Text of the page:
Performance testing is part of any healthy IT strategy. It’s a given that any application with high-volume usage will undergo regular performance testing. These tests expose faulty assumptions about how apps handle high volume, ensure infrastructure scaling works as expected and identify load-related defects. Performance testing’s ability to detect flaws occurring under high load can help improve applications regardless of scale.
By their nature, performance tests run differently than other tests that applications leverage. They test basic system functionality while under heavy load. This load is often hundreds or thousands of requests per second to the system under test and continues for enough time to verify the application will handle the load. These rapid and successive testing sequences simulate load on the system and determine system behavior under stress. For performance tests, the word “system” is important: it implies the application working with all or most of the environment it will run in. Meaning, performance tests are a specialized case of integration tests that examines application behavior as it is accessing unmocked external systems*.
So, how do performance tests help us find bugs in all applications regardless of scale? They expose hard to find, replicate, or late occurring bugs by forced repetition. If a bug occurs 0.0001% of the time, then every 10,000 interactions with the system will expose the defect. This ability to find so-called "heisenbugs" is great, but these tests can also help find other rare or slow developing problems. Below are some examples of where performance tests find hidden problems:
1. Memory leaks
Running the application under heavy load creates and frees a lot of memory. If there is a reference that is not being freed, then it will be exposed under performance tests. The specific test to expose this kind of problem reliability is called an endurance test. The idea is to keep load at a high level for an extended period of time, around 24-48 hours. While this makes endurance tests impossible to run on every build / deployment combination, they should still be run periodically to ensure errors that occur after long runs are caught.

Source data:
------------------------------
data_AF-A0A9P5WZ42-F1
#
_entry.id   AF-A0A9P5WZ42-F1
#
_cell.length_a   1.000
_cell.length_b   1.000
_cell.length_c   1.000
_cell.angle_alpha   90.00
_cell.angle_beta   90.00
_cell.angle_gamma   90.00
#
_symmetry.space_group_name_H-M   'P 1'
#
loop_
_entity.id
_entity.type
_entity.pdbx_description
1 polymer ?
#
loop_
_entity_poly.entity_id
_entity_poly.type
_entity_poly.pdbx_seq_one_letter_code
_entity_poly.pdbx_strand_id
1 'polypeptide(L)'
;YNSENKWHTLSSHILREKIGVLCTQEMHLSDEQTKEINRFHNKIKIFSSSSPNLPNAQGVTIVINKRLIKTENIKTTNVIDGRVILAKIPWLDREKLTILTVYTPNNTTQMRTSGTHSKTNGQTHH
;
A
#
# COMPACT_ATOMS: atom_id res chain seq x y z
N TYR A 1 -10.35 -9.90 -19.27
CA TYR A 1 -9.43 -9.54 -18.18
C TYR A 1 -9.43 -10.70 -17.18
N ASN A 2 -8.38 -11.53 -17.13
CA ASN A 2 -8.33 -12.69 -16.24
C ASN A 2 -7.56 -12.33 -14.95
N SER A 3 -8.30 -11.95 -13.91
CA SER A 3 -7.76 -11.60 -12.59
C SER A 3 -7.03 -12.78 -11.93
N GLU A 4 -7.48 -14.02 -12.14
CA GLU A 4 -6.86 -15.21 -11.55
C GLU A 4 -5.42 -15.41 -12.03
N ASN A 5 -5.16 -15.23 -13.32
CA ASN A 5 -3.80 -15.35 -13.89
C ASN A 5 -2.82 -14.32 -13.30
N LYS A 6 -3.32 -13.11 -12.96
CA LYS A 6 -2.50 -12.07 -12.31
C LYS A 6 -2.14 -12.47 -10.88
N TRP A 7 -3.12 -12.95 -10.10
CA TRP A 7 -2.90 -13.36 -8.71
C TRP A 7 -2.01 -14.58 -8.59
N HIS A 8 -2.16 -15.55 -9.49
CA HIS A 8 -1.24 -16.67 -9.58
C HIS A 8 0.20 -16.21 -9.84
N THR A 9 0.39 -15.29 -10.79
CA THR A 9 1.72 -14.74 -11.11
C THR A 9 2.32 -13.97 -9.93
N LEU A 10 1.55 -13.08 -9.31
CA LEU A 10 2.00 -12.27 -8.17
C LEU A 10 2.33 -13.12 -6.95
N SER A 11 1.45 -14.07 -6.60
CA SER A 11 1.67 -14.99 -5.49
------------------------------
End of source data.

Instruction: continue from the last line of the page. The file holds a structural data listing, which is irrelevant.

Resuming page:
2. Threading Problems ("Deadlocks and Races")
While threading problems can occur during regular testing, they are much more common under high load. This is because most systems that are heavily threaded do so to handle high load situations. It is also because many thread problems only occur occasionally and performance tests give more opportunity for the problem to occur.
3. Value size errors
While this is not as common an occurrence as the other problems, sometimes applications and the databases they use undersize a shared variable and have problems with rollover or overflow. These again are issues that are well served by endurance tests.
4. Shared state problems
These are errors where assumptions are made about the behavior of shared state in an application. These problems are found in all three of the other issues.
Given the ability to find difficult problems, I recommend performance testing for every team. This includes applications that generally don’t have a performance concern. It is better to find a defect during initial performance testing than after months of operation as is often the case with these types of defects.
* This is not always strictly true as some systems will require mocking as they are not under the team or company's control.